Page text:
It's being called a novel, but it is more a hybrid: short-stories/essays/confessions about the Vietnam War—the subject that O'Brien reasonably comes back to with every book. Some of these stories/memoirs are very good in their starkness and factualness: the title piece, about what a foot soldier actually has on him (weights included) at any given time, lends a palpability that makes the emotional freight (fear, horror, guilt) correspond superbly. Maybe the most moving piece here is "On The Rainy River," about a draftee's ambivalence about going, and how he decided to go: "I would go to war—I would kill and maybe die—because I was embarrassed not to." But so much else is so structurally coy that real effects are muted and disadvantaged: O'Brien is writing a book more about earnestness than about war, and the peekaboos of this isn't really me but of course it truly is serve no true purpose. They make this an annoyingly arty book, hiding more than not behind Hemingwayesque time-signatures and puerile repetitions about war (and memory and everything else, for that matter) being hell and heaven both. A disappointment.

Pub Date: March 28, 1990

ISBN: 0618706410

Page Count: 256

Publisher: Houghton Mifflin

Review Posted Online: Oct. 2, 2011

Kirkus Reviews Issue: Feb. 15, 1990

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Visionary speculative stories that will change the way readers see themselves and the world around them: This book delivers...

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EXHALATION

Exploring humankind's place in the universe and the nature of humanity, many of the stories in this stellar collection focus on how technological advances can impact humanity’s evolutionary journey.

Chiang's (Stories of Your Life and Others, 2002) second collection begins with an instant classic, “The Merchant and the Alchemist’s Gate,” which won Hugo and Nebula awards for Best Novelette in 2008. A time-travel fantasy set largely in ancient Baghdad, the story follows fabric merchant Fuwaad ibn Abbas after he meets an alchemist who has crafted what is essentially a time portal. After hearing life-changing stories about others who have used the portal, he decides to go back in time to try to right a terrible wrong—and realizes, too late, that nothing can erase the past. Other standout selections include “The Lifecycle of Software Objects,” a story about a software tester who, over the course of a decade, struggles to keep a sentient digital entity alive; “The Great Silence,” which brilliantly questions the theory that humankind is the only intelligent race in the universe; and “Dacey’s Patent Automatic Nanny,” which chronicles the consequences of machines raising human children. But arguably the most profound story is "Exhalation" (which won the 2009 Hugo Award for Best Short Story), a heart-rending message and warning from a scientist of a highly advanced, but now extinct, race of mechanical beings from another universe. Although the being theorizes that all life will die when the universes reach “equilibrium,” its parting advice will resonate with everyone: “Contemplate the marvel that is existence, and rejoice that you are able to do so.”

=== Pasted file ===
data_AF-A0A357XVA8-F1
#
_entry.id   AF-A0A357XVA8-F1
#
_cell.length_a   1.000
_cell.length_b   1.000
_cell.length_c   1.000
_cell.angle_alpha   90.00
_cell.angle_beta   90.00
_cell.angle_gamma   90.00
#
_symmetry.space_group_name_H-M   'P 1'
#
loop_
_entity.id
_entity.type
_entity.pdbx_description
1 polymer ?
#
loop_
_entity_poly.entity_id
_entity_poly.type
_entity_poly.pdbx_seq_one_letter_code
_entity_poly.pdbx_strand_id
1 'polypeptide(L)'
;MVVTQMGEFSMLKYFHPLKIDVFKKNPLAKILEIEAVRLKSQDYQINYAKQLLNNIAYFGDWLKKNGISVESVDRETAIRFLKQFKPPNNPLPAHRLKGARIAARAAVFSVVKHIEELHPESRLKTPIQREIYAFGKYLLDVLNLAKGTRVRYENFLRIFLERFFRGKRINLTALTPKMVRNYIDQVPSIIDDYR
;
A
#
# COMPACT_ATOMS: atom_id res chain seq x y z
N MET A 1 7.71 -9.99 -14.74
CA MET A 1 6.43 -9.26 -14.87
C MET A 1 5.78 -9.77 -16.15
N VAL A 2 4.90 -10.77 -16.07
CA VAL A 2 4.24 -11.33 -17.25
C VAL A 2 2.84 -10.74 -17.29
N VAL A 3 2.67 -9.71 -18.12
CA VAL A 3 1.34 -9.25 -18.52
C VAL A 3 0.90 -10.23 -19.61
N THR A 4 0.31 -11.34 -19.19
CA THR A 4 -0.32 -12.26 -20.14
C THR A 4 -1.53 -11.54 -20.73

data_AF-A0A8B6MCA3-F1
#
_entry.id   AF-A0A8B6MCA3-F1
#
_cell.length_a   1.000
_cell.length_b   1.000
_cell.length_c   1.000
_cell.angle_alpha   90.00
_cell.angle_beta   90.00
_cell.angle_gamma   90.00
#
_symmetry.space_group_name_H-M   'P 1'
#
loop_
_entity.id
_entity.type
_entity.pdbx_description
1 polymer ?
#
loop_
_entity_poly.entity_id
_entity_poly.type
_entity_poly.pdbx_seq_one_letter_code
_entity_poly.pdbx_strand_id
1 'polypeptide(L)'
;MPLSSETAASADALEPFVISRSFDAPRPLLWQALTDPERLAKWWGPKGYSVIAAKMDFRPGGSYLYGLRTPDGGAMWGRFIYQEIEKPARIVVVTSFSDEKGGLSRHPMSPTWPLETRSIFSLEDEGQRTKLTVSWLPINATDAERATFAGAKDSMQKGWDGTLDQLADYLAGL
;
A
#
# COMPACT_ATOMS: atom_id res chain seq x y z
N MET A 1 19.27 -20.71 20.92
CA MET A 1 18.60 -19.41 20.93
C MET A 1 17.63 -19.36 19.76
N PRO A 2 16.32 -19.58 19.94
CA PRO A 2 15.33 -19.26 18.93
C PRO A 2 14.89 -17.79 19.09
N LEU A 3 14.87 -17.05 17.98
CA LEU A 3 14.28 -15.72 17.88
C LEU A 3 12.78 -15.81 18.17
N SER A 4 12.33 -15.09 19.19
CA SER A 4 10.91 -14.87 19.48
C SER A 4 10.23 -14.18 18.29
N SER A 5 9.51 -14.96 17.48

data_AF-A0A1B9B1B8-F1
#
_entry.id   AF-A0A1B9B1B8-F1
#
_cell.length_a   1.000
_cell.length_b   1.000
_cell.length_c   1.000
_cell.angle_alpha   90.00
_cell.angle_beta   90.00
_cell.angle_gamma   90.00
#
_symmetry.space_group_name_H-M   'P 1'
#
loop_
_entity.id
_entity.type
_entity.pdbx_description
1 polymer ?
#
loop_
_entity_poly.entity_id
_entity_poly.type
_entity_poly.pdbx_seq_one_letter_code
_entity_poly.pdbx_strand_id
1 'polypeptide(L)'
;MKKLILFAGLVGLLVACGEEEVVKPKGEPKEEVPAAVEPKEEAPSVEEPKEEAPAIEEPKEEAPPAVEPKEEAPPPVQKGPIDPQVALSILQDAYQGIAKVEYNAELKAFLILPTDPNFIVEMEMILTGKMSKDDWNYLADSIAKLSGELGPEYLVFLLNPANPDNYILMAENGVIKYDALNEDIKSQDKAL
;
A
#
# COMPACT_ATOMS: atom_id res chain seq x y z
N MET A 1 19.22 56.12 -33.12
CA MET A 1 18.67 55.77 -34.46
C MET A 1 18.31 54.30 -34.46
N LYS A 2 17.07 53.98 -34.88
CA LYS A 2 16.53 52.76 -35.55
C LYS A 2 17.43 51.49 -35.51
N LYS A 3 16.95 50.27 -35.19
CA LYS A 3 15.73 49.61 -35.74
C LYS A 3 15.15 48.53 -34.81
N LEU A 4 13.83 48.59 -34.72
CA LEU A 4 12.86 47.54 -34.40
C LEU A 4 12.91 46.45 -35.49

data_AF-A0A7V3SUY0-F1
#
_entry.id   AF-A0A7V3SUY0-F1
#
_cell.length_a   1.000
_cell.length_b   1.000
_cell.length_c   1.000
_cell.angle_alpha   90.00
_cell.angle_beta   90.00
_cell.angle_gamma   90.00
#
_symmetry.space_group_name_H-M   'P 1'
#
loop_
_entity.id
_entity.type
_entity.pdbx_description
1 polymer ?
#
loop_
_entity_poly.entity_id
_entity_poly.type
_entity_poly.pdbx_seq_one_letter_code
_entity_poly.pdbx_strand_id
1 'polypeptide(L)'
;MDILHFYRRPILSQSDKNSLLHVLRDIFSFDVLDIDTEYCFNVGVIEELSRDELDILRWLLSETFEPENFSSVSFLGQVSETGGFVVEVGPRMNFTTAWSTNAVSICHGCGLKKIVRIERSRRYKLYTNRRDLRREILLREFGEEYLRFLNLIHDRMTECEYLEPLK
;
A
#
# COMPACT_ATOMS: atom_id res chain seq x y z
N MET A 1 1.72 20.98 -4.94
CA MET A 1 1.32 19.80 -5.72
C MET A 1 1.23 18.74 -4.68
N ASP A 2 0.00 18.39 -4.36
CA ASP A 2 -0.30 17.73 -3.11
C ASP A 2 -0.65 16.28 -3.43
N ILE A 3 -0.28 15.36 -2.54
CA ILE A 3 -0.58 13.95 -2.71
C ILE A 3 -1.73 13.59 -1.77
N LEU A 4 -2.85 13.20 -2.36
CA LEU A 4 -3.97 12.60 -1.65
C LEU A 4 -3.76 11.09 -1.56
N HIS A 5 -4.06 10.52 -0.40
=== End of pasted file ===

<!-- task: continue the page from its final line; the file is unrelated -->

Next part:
Visionary speculative stories that will change the way readers see themselves and the world around them: This book delivers in a big way.

Pub Date: May 8, 2019

ISBN: 978-1-101-94788-3

Page Count: 368

Publisher: Knopf

Review Posted Online: Feb. 17, 2019

Kirkus Reviews Issue: March 1, 2019